Cancer – what is it, how might I know there’s a problem and what should I do?
Cancer is a condition where cells in a specific part of the body grow and reproduce but not in a controlled way. Because the cells are changed, they no longer perform the function that they were designed for, they can invade and destroy surrounding healthy tissue and so impact how a particular organ works. Cancer sometimes begins in one part of the body before spreading to other areas. This process is known as metastasis.
1 in 2 people will develop some form of cancer during their lifetime. In the UK, the 4 most common types of cancer are breast, lung, prostate and bowel.
There are more than 200 different types of cancer so as you can imagine the warning signs may differ and each is diagnosed and treated in a particular way. Common themes, however, may include:
-blood in your pee, poo or phlegm when coughing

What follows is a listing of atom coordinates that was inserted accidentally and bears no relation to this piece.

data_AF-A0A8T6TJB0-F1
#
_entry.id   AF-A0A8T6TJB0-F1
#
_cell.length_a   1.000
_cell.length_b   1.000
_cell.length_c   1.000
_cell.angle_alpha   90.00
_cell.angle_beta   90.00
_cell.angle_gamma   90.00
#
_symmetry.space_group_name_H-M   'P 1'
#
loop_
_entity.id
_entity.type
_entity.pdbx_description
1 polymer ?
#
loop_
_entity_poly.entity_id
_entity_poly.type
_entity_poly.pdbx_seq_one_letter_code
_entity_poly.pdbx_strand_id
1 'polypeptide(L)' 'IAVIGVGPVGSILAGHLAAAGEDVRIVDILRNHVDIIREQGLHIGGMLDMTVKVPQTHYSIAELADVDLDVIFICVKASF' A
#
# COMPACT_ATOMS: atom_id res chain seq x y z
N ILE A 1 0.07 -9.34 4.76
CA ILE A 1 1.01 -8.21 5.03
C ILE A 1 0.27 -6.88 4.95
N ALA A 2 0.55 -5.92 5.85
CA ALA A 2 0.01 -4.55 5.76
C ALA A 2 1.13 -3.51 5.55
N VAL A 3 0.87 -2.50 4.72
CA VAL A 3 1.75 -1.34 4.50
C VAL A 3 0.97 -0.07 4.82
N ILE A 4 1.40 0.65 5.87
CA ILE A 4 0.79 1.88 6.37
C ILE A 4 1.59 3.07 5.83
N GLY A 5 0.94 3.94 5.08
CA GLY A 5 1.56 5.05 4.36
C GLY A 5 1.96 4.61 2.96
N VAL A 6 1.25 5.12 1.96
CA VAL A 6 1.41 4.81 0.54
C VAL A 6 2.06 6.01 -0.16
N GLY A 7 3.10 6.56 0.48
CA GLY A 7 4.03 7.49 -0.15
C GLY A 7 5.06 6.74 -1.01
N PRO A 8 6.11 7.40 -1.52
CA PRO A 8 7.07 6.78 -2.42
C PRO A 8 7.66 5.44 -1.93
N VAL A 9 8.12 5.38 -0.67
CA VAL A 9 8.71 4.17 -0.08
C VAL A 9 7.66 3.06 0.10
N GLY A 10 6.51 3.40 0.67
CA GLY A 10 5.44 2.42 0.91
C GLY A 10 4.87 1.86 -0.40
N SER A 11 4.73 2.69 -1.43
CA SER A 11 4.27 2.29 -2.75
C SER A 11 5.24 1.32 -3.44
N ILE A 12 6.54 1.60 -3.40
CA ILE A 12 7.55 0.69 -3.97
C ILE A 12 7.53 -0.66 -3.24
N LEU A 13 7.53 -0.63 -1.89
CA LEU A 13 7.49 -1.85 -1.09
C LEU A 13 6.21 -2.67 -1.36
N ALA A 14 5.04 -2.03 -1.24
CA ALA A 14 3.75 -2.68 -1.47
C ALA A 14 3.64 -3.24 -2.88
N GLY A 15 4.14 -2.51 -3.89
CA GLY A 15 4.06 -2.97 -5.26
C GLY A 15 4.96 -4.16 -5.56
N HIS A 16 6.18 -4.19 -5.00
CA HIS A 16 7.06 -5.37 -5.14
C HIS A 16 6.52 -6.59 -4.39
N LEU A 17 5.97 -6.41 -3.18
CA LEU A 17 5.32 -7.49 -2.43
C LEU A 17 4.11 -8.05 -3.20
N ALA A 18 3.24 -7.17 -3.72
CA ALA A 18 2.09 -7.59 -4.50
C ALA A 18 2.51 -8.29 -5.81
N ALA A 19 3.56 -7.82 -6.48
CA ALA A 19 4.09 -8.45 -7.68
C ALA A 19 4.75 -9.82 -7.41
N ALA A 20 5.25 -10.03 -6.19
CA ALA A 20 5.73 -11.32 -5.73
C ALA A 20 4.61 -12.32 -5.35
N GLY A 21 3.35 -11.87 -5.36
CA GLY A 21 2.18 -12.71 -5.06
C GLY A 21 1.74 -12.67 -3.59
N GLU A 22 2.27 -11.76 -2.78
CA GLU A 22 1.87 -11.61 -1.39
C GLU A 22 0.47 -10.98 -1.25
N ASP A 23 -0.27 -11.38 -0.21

-a lump or swelling
-a persistent cough (for 3 weeks or more)
Although unlikely to be cancer, it’s important to speak to a GP about any new or worrying symptoms so that they can be assessed and investigated as we do know that finding cancer early often means that it’s easier to treat.
It’s also important to keep up to date with cancer screening appointments as screening can often detect cancer at its earliest stage before symptoms develop. If you have missed a screening appointment or feel you should have been invited, please talk to your GP.
If you are interested in reading more about cancer and its signs and symptoms, the following links have more useful information.
Most importantly, remember Cancer Relief are here to support you if you have been affected by cancer in any way. From queries and concerns to support after a diagnosis to hands-on care, we can provide individualised care to help you manage the effects of cancer on your life. Call us today on 20042392 or email email@example.com
- Cancer Research UK: cancer symptom checker
- Macmillan: signs and symptoms of cancer
- National Institute for Health and Care Excellence (NICE): referral for suspected cancer